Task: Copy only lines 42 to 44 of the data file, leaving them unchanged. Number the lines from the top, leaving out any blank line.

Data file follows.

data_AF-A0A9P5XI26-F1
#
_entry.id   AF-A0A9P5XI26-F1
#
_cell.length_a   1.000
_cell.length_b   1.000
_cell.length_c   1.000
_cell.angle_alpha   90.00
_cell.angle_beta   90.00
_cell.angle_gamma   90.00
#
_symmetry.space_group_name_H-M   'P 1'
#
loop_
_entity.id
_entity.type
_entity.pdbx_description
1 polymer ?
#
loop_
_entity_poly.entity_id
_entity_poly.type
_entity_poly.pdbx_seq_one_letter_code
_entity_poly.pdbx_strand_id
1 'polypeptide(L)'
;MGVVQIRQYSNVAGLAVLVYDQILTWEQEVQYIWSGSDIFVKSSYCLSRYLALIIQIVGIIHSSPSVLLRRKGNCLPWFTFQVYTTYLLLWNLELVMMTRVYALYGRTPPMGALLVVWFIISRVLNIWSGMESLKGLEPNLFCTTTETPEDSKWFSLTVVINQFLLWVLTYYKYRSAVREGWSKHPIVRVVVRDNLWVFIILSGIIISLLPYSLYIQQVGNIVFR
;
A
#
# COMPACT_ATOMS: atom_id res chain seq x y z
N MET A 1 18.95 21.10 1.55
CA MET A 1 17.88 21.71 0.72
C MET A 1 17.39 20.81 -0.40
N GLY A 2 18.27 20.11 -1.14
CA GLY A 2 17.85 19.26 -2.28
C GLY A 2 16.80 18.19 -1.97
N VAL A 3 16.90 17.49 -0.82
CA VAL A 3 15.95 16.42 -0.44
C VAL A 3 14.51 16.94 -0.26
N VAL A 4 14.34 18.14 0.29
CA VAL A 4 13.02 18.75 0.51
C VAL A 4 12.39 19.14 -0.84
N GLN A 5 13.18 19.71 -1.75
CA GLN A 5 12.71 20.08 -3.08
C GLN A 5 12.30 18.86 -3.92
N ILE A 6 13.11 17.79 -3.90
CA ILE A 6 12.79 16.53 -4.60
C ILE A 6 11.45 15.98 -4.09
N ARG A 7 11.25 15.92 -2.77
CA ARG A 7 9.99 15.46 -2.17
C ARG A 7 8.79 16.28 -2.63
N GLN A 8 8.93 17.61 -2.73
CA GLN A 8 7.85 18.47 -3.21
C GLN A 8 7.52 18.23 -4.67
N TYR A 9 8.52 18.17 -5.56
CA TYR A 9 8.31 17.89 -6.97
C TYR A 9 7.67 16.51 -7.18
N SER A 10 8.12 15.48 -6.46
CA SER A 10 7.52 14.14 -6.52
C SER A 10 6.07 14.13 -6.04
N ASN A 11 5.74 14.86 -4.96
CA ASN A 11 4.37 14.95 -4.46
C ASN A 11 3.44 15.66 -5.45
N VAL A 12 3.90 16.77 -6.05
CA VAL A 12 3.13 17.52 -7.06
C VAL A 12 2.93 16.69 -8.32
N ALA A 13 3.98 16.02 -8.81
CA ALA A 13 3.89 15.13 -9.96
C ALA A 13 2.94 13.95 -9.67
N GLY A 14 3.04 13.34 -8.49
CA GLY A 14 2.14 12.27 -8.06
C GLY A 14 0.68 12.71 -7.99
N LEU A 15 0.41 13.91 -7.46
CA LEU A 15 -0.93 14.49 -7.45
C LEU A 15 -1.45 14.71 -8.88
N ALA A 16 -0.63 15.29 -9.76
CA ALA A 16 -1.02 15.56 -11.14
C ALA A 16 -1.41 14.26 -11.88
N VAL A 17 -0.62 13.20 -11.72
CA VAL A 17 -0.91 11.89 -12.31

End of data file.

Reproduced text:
C VAL A 4 12.39 19.14 -0.84
N GLN A 5 13.18 19.71 -1.75
CA GLN A 5 12.71 20.08 -3.08